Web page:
Meanwhile, Fayaz Ughradar and Chris Tonge undertook a bit of a recovery, making 21 and 26 respectively, before both became victims of Chris Highton, who later added Ant McCarthy and Callum Doyle to his wickets column.
By now, Liverpool were struggling at 122-7, and looking like they were to lose comfortably. But Sean Hogan and more specifically Owen Jones would have something to say about that. Jones immediately made his counter attacking intentions clear, and Hogan upped the ante as his innings went on, with both playing some delightful shots. Hogan was finally dismissed for 29, caught at cover, and Jones was out, caught at deep square leg looking for a second maximum for a terrific 42.
After the tea break, Liverpool’s last stand of Sam Holliday, who showed some fluency with the bat and Christian Edwards added a further unbeaten 33 to ensure they could declare on 228 from 55 overs and set upa chase for Wigan to go for.
It had begun well for the visitors as they progressed to 66-0, but they horribly fell apart. John Richardson (36) was the first to go, the first of three victims for Christian Edwards. This became 70-3, as Adam Samouelle and Jake Leyland both fell to Hogan and Edwards respectively. After a small recovery, they soon lost two more quick wickets, with Anthony Whittaker (13) and Joe Shorrocks falling, the latter for no score, to leave Wigan 104-5, a run of 38-5.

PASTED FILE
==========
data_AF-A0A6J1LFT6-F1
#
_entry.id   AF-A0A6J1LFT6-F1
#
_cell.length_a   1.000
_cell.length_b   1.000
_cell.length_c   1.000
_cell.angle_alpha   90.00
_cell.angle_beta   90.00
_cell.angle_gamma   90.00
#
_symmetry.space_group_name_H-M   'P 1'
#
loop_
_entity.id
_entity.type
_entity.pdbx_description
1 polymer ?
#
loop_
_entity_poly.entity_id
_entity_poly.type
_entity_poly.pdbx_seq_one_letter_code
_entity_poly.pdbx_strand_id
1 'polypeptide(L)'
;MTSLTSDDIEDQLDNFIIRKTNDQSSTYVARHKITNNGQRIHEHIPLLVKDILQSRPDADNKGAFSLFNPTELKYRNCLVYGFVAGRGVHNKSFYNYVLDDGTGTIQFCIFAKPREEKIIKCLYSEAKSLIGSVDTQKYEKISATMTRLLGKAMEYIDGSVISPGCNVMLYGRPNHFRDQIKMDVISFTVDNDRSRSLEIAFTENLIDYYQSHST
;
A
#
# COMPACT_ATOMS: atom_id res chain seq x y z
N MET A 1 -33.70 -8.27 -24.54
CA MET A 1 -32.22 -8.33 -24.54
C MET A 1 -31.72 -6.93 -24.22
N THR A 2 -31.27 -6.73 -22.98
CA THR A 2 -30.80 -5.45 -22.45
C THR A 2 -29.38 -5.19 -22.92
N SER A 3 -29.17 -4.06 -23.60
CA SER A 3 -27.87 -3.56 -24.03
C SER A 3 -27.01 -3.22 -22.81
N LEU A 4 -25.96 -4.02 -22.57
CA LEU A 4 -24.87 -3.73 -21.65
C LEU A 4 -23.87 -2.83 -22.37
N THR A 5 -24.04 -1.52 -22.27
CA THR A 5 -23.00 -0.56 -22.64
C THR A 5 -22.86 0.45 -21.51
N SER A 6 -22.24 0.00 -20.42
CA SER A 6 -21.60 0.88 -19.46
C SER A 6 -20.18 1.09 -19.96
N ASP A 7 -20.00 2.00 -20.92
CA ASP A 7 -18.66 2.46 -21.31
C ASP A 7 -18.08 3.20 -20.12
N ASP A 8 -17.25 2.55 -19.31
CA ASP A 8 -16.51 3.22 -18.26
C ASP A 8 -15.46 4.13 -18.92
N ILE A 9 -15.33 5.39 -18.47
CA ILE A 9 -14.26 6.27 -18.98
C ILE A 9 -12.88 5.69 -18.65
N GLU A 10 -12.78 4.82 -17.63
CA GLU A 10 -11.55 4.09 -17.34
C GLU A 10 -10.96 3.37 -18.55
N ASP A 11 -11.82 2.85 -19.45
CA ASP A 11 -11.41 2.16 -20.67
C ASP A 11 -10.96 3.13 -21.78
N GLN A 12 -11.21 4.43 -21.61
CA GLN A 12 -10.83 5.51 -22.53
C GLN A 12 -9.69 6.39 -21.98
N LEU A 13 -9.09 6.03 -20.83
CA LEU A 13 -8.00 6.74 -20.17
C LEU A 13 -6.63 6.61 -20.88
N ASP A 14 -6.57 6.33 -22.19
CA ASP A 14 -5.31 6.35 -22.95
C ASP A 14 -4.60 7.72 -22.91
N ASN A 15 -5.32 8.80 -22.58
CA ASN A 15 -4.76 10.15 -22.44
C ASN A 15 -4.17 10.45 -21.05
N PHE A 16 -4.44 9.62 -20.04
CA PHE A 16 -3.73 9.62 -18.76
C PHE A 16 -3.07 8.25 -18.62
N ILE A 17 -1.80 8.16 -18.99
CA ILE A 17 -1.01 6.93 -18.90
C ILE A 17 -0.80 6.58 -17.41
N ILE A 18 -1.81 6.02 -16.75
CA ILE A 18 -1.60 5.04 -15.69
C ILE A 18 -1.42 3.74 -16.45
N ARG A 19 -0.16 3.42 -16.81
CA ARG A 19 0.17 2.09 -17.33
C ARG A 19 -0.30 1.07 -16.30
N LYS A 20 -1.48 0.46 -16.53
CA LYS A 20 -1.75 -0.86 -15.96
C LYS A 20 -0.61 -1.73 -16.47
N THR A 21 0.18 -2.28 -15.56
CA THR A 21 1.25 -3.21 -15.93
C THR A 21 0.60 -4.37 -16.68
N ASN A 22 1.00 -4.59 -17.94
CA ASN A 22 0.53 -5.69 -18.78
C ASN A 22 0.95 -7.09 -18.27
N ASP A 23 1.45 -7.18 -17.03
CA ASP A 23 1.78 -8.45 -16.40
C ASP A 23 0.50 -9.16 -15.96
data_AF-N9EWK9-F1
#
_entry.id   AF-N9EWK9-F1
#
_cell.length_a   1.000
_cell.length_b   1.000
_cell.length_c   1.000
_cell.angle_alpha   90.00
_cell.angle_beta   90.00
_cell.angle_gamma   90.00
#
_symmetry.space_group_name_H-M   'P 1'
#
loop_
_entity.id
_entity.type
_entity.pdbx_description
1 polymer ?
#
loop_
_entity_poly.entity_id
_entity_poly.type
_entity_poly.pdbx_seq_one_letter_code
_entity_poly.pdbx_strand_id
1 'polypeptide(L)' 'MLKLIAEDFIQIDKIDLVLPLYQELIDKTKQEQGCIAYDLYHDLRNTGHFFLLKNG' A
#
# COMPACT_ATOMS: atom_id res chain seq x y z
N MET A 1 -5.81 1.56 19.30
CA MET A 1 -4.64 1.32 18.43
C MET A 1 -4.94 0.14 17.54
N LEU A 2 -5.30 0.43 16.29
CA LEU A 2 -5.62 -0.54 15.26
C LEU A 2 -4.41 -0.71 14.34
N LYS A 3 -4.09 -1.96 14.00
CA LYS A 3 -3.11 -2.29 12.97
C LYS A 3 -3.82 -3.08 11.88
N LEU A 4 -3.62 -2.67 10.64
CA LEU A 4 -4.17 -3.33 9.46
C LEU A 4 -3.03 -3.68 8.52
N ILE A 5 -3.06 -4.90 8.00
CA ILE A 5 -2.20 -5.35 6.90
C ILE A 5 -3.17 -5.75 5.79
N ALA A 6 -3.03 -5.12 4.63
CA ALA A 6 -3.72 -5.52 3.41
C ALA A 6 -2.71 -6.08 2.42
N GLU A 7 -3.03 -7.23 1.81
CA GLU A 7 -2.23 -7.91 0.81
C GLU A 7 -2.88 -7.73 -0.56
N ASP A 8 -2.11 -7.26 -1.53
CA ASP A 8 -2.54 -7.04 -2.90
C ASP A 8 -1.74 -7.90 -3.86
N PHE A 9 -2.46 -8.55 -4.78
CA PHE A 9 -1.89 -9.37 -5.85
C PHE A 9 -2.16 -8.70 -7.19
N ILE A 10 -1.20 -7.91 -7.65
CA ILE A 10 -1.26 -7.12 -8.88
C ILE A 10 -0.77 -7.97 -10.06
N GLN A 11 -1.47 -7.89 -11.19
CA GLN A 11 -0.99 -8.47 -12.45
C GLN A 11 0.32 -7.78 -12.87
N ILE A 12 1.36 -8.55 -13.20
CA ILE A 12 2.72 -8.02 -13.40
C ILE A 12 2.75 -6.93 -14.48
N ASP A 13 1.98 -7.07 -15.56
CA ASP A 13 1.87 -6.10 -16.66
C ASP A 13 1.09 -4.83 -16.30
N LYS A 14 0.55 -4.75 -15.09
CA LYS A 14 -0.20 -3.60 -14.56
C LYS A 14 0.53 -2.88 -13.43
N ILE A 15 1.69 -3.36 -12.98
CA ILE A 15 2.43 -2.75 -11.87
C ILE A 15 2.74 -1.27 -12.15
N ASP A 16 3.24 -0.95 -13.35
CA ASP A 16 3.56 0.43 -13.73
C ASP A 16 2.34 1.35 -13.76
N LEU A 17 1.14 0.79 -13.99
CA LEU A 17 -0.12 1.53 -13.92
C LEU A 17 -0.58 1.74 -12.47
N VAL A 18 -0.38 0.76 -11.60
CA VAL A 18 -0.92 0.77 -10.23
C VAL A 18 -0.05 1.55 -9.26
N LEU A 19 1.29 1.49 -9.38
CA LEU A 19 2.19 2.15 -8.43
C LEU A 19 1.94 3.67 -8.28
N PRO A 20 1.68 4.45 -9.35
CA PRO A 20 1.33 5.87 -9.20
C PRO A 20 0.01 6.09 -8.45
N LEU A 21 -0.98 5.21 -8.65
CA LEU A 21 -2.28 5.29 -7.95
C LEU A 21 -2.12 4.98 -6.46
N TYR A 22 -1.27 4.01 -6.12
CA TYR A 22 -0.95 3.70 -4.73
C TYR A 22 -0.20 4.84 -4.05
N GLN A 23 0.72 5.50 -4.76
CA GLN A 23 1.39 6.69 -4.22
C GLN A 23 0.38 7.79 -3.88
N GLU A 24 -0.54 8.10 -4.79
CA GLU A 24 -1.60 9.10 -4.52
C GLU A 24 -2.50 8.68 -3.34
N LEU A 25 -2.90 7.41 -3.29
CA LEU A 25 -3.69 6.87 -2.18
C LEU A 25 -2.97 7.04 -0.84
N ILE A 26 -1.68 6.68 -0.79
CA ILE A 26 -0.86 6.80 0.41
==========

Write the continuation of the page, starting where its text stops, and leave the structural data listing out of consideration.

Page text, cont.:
The score stood on 123, when the sixth wicket went down, that of skipper, the former New Zealand Test International batsman, Aaron Redmond, falling for 23, but Ryan Parry and Chris Highton added 25, when both fell in quick succession to leave the score on 148-8. This quickly became 149-9, when Mark Rowe had his stumps disturbed, to leave the last pair of Matt Shorrocks and George Burrows, who’d bowled impressively earlier in the day, a couple of nervous overs to survive, which they successfully negotiated, to ensure Wigan a shaky draw. Liverpool seemed understandably disappointed to not quite creep over the line after coming so close.
So, we both headed back through the car park, and back along Aigburth Road towards the station, before grabbing the rattler back to South Parkway and after a small wait it was onwards home. For Dan, he achieved the rare straight swap of train to bus, so after a quick farewell, we went our separate ways. A fine day, at a lovely venue, and well worth a return one day. Maybe, quite soon.
My Men of the Match: Liverpool: Owen Jones. Wigan: Chris Highton.